- Shares are down by about a quarter in 2022
- Drainage works have wide ditches
- Trading activity has grown strongly
It’s been a tough year for her CME (US: CME) Despite some impressive financial performance. With shares down nearly a quarter in 2022, could this present an opportunity for investors seeking access to massive power in trading futures, options, cash and over-the-counter (OTC) products?
There are two aspects that indicate that CME will be in a good position to catch the slump and benefit from the next cycle. First, businesses are naturally largely insulated from a downturn because this usually leads to more trading and more volatility. Just check out 2020. Second, it provides continuous product innovation and a wide moat built from some of the most important and heavily traded exchanges and OTC markets, particularly the most traded futures and related options contracts.
Talk about the trench? The business includes the Chicago Mercantile Exchange (CME), the City of Chicago Board of Trade (CBOT), the New York Mercantile Exchange (NYMEX), and the Commodity Exchange (COMEX) as well as the business of money markets, central clearing houses and more. divisions. Running several futures exchanges was the perfect solution, but there is growing excitement among clients about its integration with NEX’s Electronic Broking Services (EBS) FX platform, which enables CME to go toe-to-toe, or even beat Refinitiv in forex trading.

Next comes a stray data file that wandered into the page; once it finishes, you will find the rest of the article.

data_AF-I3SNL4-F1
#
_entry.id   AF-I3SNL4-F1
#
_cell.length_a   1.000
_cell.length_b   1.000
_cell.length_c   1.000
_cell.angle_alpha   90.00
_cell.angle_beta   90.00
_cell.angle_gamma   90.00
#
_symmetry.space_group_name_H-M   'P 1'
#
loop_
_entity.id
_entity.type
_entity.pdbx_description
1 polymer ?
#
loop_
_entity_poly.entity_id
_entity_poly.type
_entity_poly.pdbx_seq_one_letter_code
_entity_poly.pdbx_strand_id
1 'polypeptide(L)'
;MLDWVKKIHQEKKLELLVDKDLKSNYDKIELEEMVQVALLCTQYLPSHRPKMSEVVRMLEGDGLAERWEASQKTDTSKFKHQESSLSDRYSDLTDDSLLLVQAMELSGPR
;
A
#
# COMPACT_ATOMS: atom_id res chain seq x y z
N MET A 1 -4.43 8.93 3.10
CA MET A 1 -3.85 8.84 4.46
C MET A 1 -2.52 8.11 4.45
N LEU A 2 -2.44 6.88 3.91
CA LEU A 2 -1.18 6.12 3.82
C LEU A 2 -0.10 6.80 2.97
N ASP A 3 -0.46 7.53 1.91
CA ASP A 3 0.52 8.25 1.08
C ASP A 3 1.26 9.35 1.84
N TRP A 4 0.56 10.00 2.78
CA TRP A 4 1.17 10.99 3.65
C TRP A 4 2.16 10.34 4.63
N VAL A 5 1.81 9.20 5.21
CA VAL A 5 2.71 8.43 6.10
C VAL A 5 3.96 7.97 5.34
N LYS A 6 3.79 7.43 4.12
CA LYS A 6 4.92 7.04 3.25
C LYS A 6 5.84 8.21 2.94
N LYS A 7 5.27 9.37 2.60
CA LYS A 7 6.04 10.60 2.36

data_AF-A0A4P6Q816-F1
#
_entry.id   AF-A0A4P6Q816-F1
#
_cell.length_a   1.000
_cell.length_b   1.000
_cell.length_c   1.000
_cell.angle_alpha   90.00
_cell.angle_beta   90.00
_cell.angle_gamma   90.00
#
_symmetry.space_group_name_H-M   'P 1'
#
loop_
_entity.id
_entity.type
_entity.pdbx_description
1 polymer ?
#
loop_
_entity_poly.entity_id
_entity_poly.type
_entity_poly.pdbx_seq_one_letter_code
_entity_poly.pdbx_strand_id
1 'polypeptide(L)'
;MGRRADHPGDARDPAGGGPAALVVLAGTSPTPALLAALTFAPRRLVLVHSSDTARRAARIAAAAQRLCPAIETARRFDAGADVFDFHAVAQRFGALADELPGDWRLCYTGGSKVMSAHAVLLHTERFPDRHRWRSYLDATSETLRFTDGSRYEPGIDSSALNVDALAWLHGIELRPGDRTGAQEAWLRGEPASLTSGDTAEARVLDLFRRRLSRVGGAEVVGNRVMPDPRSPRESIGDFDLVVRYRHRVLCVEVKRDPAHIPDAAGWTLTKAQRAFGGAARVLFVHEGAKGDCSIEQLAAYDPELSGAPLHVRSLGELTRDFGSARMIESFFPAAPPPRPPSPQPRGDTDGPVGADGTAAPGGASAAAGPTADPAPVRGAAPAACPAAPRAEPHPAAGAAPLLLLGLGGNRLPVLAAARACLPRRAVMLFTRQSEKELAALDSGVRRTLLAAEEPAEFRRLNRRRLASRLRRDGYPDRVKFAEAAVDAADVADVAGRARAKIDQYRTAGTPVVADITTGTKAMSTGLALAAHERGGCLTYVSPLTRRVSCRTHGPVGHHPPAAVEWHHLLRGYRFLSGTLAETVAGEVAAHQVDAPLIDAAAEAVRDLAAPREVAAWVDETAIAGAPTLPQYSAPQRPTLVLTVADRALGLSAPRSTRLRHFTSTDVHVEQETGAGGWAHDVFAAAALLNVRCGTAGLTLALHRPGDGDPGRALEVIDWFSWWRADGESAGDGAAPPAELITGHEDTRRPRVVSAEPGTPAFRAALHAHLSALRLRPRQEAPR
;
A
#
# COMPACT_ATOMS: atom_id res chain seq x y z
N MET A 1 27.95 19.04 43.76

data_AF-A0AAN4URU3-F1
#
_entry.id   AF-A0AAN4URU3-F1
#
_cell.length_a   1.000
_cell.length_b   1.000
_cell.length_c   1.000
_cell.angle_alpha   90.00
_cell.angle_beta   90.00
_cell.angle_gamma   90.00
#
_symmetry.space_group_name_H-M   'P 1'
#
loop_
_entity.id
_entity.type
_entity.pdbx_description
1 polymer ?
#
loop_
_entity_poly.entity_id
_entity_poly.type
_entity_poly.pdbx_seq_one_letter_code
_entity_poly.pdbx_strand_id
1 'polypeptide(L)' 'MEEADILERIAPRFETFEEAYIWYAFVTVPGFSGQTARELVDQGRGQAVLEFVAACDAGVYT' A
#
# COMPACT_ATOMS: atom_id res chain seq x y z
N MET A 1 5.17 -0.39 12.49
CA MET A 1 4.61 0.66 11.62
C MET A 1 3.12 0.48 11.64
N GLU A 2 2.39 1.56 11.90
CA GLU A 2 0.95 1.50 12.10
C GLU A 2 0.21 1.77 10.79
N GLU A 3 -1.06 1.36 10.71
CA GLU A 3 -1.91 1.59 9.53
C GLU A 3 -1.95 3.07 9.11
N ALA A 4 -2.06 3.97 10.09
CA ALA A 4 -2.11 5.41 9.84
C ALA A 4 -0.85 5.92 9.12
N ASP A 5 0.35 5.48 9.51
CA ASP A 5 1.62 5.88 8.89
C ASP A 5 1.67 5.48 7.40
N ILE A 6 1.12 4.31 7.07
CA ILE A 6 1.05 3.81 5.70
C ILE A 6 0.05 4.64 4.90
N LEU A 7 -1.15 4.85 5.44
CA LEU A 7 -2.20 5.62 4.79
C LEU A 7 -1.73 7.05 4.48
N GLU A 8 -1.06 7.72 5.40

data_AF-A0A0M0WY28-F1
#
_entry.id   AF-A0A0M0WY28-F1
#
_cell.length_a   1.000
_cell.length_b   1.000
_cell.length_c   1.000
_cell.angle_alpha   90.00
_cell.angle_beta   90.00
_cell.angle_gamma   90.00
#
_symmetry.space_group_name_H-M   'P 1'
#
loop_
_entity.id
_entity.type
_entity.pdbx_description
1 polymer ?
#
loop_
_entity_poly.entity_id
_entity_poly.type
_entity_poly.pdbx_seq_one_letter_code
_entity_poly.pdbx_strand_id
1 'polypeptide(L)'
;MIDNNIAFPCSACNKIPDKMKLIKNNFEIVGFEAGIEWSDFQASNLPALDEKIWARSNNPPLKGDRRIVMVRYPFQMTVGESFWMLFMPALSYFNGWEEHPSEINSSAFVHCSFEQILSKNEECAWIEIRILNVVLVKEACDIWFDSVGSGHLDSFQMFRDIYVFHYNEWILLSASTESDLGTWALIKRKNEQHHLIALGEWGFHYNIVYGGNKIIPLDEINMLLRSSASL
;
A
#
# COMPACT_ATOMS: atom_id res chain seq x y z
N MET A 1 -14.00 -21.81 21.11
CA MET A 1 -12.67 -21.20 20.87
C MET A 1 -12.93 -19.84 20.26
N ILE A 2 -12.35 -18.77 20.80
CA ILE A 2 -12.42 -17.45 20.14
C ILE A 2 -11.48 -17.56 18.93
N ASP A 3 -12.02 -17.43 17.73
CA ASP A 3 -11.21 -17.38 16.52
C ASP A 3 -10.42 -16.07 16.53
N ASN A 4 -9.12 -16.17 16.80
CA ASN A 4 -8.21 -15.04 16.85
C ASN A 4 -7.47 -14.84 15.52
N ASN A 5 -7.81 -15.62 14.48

Finally, it is the dominant and largest derivatives exchange in the United States. It is worth noting that in this year of great turmoil in the bond market, it is the right place for companies to manage interest rate risk, which suddenly came to the fore. The moat of CME stems from its size, which means better liquidity, pricing, and a wider range of assets and derivatives to trade, generating further growth and the ability to add new products.
slack elasticity? Volatility in the financial markets tends to be positive for the CME. Doubt would be if the Fed decides to cut interest rates back to zero, which is certainly a far fetched situation. Price uncertainty is likely to persist for years as we enter a new macro dynamic.
Evaluation concern? This would be a reasonable concern. The Chicago Mercantile Exchange trades at about 23 times earnings, which outperforms its peers. Meanwhile, earnings per share (EPS) is expected to grow 2.4 percent annually for each of the next three years, versus more than 9 percent for peers.